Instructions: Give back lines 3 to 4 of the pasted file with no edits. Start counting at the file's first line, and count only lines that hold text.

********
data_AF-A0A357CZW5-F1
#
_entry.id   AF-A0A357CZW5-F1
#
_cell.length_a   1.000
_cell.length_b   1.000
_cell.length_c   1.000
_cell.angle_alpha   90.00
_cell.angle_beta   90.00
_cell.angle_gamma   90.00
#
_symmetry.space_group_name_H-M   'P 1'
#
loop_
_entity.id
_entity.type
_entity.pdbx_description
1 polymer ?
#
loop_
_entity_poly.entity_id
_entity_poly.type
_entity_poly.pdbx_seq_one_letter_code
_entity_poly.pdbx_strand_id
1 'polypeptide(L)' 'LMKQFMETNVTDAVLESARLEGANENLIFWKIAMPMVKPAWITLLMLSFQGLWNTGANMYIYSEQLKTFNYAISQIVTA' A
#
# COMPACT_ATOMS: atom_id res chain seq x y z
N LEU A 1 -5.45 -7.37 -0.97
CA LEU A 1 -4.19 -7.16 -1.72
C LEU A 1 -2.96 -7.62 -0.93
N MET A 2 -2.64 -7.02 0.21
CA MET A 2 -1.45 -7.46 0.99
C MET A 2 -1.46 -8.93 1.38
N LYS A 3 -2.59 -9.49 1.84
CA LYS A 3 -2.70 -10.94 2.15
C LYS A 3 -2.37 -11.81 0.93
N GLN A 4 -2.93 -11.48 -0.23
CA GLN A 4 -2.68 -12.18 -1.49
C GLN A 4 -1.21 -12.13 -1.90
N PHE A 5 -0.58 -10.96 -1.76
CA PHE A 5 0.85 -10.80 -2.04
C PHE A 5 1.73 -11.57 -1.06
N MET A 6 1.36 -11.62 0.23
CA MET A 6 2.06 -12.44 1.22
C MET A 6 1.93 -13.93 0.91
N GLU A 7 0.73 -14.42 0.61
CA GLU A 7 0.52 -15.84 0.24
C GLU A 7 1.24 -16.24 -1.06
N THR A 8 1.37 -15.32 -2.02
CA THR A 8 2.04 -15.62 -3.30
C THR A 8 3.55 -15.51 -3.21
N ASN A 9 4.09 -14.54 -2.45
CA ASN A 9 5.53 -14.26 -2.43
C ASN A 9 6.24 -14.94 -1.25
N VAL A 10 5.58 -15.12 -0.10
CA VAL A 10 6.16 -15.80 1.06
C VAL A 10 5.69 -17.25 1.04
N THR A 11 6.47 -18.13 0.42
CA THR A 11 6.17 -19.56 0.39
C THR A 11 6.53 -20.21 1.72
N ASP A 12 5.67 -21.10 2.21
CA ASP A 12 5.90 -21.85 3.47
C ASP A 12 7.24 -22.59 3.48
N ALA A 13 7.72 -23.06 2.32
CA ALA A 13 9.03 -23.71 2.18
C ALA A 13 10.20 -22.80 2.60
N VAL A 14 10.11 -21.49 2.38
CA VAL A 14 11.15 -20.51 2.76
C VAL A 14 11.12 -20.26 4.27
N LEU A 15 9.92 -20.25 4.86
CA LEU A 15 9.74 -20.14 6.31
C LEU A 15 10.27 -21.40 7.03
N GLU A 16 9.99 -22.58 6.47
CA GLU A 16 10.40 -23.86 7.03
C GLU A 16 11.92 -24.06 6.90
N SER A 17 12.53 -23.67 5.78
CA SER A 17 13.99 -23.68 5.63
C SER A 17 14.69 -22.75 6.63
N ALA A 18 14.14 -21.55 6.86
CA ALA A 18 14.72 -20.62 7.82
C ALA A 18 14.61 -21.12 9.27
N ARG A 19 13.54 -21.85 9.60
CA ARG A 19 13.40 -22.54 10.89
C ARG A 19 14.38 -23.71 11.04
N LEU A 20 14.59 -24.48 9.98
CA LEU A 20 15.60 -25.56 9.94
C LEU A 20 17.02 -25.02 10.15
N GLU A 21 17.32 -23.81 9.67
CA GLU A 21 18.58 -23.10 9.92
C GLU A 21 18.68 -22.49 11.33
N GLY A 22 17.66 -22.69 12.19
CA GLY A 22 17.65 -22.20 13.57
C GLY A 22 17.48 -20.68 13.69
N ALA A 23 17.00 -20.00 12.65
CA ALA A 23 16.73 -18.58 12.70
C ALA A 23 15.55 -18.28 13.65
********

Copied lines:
_entry.id   AF-A0A357CZW5-F1
#